A Judge in Ontario recently struck down the laws concerning keeping a Bawdy house, and communication for the purpose of prostitution. Predictably the religious and other moral busy-bodies have come out in opposition to the ruling and are promising an appeal.
With the voices raised in "moral" opposition to the ruling calling for the reinstatement of the old laws, this article is calling for us to leave morality out of the prostitution debate... and that is wrong.
Prostitution is a degrading, dangerous and often demeaning profession. I can’t for the life of me think of one single reason why any person who has the least bit of intelligence, self respect or personal integrity would want to be a prostitute. In my opinion, the person who seeks sex for hire is a lonely, miserable creature seeking to ameliorate some personal psychological defect, and the person supplying it is most likely equally as damaged.
But that moral judgment on the physical and psychological act of prostitution is an issue separate from the meta-ethical assessment of prostitution as a profession. By meta-ethical in this instance I mean how we support or defend our ethical judgments.
Ayn Rand said “Morality ends where a gun begins”. Not only does this mean that one can not be commanded to act “morally” (as one would in normal circumstances) when confronted with the choice of life or death through force but also, and more importantly, that the initiation of force is itself immoral.
For me the question of meta-ethics rests on one thing the initiation of force (or fraud). It is the initiation of force against a human being that is immoral. So meta-ethically speaking something which does not initiate force is not immoral. Since prostitution, (the exchange of money for sex) as defined does not involve the initiation of force it is not immoral meta-ethically, and for this reason morality must remain a part of our current debate about prostitution.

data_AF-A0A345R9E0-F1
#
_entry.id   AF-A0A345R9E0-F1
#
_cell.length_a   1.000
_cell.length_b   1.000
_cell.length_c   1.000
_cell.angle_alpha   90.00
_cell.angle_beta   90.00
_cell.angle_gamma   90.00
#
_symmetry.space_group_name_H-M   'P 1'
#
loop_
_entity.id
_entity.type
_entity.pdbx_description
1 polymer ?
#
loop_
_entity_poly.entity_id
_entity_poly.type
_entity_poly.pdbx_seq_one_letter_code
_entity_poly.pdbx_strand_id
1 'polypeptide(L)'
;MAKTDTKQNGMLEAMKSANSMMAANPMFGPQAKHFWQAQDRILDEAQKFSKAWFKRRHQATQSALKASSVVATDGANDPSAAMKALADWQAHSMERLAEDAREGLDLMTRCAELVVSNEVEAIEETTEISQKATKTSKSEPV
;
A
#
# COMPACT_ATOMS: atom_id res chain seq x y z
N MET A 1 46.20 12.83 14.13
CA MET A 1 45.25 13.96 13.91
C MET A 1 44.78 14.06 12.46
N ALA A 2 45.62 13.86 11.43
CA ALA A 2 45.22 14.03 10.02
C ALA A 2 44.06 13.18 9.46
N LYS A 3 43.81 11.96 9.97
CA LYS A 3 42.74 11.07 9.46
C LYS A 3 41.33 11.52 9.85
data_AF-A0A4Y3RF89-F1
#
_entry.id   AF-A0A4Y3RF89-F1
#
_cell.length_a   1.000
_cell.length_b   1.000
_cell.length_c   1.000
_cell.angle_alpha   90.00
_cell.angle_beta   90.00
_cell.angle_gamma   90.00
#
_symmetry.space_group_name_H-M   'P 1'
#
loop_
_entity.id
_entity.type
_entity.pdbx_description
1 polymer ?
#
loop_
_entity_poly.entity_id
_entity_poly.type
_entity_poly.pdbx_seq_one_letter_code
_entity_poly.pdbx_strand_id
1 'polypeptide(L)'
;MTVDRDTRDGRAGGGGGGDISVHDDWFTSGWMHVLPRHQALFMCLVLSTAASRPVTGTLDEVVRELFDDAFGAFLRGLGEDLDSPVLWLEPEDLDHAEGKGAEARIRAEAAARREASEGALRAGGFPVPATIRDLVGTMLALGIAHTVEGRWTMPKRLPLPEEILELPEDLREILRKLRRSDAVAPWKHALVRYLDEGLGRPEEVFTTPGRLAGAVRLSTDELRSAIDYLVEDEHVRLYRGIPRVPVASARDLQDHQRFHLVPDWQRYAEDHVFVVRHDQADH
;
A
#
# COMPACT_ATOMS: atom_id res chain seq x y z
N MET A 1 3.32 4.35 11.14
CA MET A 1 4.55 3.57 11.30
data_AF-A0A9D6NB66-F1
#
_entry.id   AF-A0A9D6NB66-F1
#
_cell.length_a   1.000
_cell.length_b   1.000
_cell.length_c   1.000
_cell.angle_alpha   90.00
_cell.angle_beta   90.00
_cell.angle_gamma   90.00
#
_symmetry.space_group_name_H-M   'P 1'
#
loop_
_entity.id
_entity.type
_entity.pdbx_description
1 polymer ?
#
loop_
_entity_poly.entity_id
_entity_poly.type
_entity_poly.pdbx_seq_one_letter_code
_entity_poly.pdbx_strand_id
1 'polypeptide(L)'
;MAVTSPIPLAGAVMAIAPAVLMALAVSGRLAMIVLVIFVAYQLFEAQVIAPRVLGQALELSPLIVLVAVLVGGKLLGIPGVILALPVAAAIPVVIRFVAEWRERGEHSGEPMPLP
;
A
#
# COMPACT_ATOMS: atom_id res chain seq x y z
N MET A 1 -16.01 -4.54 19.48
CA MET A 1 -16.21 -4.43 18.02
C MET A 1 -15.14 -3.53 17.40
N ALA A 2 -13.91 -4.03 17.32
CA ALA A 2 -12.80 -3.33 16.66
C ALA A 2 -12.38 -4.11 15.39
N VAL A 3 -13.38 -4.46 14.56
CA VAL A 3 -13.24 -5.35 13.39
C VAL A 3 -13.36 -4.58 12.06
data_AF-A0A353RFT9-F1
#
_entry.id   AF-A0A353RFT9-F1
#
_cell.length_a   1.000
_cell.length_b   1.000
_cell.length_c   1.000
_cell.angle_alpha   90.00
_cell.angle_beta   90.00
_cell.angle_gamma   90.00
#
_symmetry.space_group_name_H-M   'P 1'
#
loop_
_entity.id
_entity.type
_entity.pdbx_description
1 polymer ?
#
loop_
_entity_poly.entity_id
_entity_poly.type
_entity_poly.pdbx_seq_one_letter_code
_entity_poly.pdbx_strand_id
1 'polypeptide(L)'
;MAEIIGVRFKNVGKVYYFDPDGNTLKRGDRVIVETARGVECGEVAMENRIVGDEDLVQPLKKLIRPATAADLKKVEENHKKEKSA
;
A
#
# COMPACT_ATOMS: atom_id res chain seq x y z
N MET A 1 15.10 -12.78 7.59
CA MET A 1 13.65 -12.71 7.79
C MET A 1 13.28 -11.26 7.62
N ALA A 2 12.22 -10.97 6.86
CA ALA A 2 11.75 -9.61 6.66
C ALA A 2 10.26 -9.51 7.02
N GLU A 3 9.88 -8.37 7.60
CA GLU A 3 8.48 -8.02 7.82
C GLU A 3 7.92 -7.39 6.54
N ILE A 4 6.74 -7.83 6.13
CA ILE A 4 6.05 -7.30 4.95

While anyone and everyone has the right to pronounce moral judgments on the nature of the world’s oldest profession these are personal judgments only, and can not be ripped out of our minds to be used as an ideal which we then impose upon all people. This is true no matter how many (or few) of us may believe in that ideal.
The only meta-ethical reason for the prohibition of prostitution or any other act is the initiation of force against another human being. As defined, prostitution is a contractual agreement and is fundamentally no different than the purchase of any other tradesman’s labour and skill.
What we need with regard to this issue (and morality in general) is not to forget about it, but to discover it, and to differentiate between its personal and meta-ethical applications in our lives and in our governance.